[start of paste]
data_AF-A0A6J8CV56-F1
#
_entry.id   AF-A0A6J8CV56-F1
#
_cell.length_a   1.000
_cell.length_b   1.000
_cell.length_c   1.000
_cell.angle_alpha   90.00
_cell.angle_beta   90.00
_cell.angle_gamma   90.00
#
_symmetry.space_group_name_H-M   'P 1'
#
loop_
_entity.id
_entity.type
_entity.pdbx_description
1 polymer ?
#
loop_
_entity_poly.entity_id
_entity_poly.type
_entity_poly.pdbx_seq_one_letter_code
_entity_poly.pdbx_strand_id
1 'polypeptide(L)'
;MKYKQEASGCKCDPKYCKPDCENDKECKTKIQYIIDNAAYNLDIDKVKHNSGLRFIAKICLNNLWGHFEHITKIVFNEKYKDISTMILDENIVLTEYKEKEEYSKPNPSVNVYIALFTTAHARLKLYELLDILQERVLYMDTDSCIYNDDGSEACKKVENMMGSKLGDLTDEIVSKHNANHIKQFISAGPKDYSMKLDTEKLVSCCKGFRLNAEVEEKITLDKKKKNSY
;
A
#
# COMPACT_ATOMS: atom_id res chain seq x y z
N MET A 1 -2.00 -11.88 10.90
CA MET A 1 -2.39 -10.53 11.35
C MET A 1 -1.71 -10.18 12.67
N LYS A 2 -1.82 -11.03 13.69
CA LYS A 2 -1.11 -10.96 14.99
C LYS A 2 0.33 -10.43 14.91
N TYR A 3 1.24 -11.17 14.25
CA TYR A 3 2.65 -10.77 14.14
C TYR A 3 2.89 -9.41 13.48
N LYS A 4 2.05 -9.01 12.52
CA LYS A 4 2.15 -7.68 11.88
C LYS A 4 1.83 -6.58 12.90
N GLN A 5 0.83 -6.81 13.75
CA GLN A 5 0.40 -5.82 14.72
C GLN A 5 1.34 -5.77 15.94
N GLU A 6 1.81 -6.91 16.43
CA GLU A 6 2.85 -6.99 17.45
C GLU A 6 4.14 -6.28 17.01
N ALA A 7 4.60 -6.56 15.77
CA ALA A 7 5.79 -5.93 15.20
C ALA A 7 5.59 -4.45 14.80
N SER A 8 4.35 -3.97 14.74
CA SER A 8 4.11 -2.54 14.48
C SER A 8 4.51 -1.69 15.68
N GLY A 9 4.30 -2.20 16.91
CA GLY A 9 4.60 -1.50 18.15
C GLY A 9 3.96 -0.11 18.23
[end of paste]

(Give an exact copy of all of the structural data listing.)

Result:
data_AF-A0A6J8CV56-F1
#
_entry.id   AF-A0A6J8CV56-F1
#
_cell.length_a   1.000
_cell.length_b   1.000
_cell.length_c   1.000
_cell.angle_alpha   90.00
_cell.angle_beta   90.00
_cell.angle_gamma   90.00
#
_symmetry.space_group_name_H-M   'P 1'
#
loop_
_entity.id
_entity.type
_entity.pdbx_description
1 polymer ?
#
loop_
_entity_poly.entity_id
_entity_poly.type
_entity_poly.pdbx_seq_one_letter_code
_entity_poly.pdbx_strand_id
1 'polypeptide(L)'
;MKYKQEASGCKCDPKYCKPDCENDKECKTKIQYIIDNAAYNLDIDKVKHNSGLRFIAKICLNNLWGHFEHITKIVFNEKYKDISTMILDENIVLTEYKEKEEYSKPNPSVNVYIALFTTAHARLKLYELLDILQERVLYMDTDSCIYNDDGSEACKKVENMMGSKLGDLTDEIVSKHNANHIKQFISAGPKDYSMKLDTEKLVSCCKGFRLNAEVEEKITLDKKKKNSY
;
A
#
# COMPACT_ATOMS: atom_id res chain seq x y z
N MET A 1 -2.00 -11.88 10.90
CA MET A 1 -2.39 -10.53 11.35
C MET A 1 -1.71 -10.18 12.67
N LYS A 2 -1.82 -11.03 13.69
CA LYS A 2 -1.11 -10.96 14.99
C LYS A 2 0.33 -10.43 14.91
N TYR A 3 1.24 -11.17 14.25
CA TYR A 3 2.65 -10.77 14.14
C TYR A 3 2.89 -9.41 13.48
N LYS A 4 2.05 -9.01 12.52
CA LYS A 4 2.15 -7.68 11.88
C LYS A 4 1.83 -6.58 12.90
N GLN A 5 0.83 -6.81 13.75
CA GLN A 5 0.40 -5.82 14.72
C GLN A 5 1.34 -5.77 15.94
N GLU A 6 1.81 -6.91 16.43
CA GLU A 6 2.85 -6.99 17.45
C GLU A 6 4.14 -6.28 17.01
N ALA A 7 4.60 -6.56 15.77
CA ALA A 7 5.79 -5.93 15.20
C ALA A 7 5.59 -4.45 14.80
N SER A 8 4.35 -3.97 14.74
CA SER A 8 4.11 -2.54 14.48
C SER A 8 4.51 -1.69 15.68
N GLY A 9 4.30 -2.20 16.91
CA GLY A 9 4.60 -1.50 18.15
C GLY A 9 3.96 -0.11 18.23